Love And Poetry showcased a confident, psychedelic-leaning rock band with a pop sensibility. Lewis wrote the album’s 13 songs. Through its muffled production, second track “Sunday” has a compelling Hendrix-like chug. Next, the Downes-infused “Lost a Number Found a King” is as moody and intense as Traffic’s “"No Face, No Name, No Number." “Cocaine” has a jazzy, “Season of the Witch” feel. Opening Side Two, “Shades of Grey” is also intense, with some fantastic layered guitar. Though dense, “High on a Mountain” is poppier. A few tracks on, “Midday Sun,” also has that Steve Winwood/Traffic pastoral-psych vibe. “Take my Road” shares its atmosphere with Procol Harum's more downbeat moments. However, whatever the album's quality and in spite of the promotional shortcomings, Love And Poetry was never going to click. August 1969 was too late for this type of album to find an audience. A year or 18 months earlier – perhaps.

Reflection did not give up on the band and, after the contraction of the name to Andwella, the World's End album was recorded at Soho's top-notch Trident Studios (“Hold on to Your Mind,” the album’s opening track, was issued as single and, a couple of years later, became a favourite of US club DJ David Mancuso). The link with CBS was over, so the album apppeared on Reflection's own imprint (the To Dream version of the album does not have the lyrics-bearing gatefold sleeve of the original, or include a repro of the poster coming with first pressings: surprising corner cutting as this is a high-end package). All the while, there was line-up churn and, with the addition of former One In A Million/Five Day Week Straw People/Andromeda member Jack McCulloch, third album People’s People was made. By this point, David Lewis was the only member of The Method remaining in Andwella – the band name had become a vehicle for his songs. Reflecting that, the sessions for World's End also generated 11 additional tracks which became the promotional-only Songs Of David Lewis album, a pressing intended to attract interest in – and recordings of – his songs.

Andwellas DreamStylistically, the mostly orchestrated World's End and the more stripped-down, soul-edged People’s People exist in the shadow of The Band while also, still, evoking Traffic. Both albums are doleful, exuding the sense that the end of the Sixties was accompanied by a grey-dawn comedown. Notwithstanding US and continental European editions of each album as well as a May 1970 session for BBC Radio’s Sound Of The Seventies show, Andwella were soon over with. Their production company Reflection was in financial trouble, and the band split by the end of 1970. Andwella, though, was hardly a band any longer, more a framing device for Lewis’s songs. (Pictured right, Andwellas Dream. On the right, David Lewis)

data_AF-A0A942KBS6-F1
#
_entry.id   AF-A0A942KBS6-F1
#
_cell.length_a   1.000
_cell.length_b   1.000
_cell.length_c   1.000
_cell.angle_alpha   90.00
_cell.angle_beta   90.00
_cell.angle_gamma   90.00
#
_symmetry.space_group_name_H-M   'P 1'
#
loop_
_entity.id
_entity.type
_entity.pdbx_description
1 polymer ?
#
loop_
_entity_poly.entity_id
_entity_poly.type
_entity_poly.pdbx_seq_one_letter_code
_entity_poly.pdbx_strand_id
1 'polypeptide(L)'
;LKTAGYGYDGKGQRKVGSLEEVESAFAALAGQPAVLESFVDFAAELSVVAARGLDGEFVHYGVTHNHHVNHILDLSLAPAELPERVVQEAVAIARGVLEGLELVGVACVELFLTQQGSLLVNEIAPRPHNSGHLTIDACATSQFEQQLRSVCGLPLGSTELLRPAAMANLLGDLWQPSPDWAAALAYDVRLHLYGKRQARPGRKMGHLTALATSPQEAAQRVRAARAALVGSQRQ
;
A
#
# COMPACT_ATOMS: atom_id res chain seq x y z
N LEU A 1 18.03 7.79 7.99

That Lewis was songwriter to take note of was confirmed in 1971 when “Mississippi Water,” from People’s People, was recorded by US country rocker Larry McNeely. A version of the same Andwella album’s title track was released in France in 1972 by April & Ian Douglas. That year too, People’s People’s “Four Days in September” was recorded by Italy’s Ornella Vanoni. After the dissolution of Andwella, the band had an afterlife through David Lewis’s songs: and not songs from the Songs Of David Lewis album, but from People’s People. Then, in 1973, Demis Roussos recorded Lewis’s “Happy to be on an Island in the Sun.” It couldn’t have happened without what had happened since 1969, and without that earlier chance encounter with Rocky Shahan.

On the face of it, the gulf between cult psychedelic band Andwellas Dream and a monster international Demis Roussos hit ought to be unbreachably enormous. But there it is: David Lewis, who wrote the whole of the collectable late psychedelic-era album Love And Poetry was, step-by-step, marching forward as a songwriter, one whose compositions were suitable for singers of almost any style. This makes the three albums collected for To Dream about more than what’s in their grooves. The story goes further than the music.

@MrKieronTyler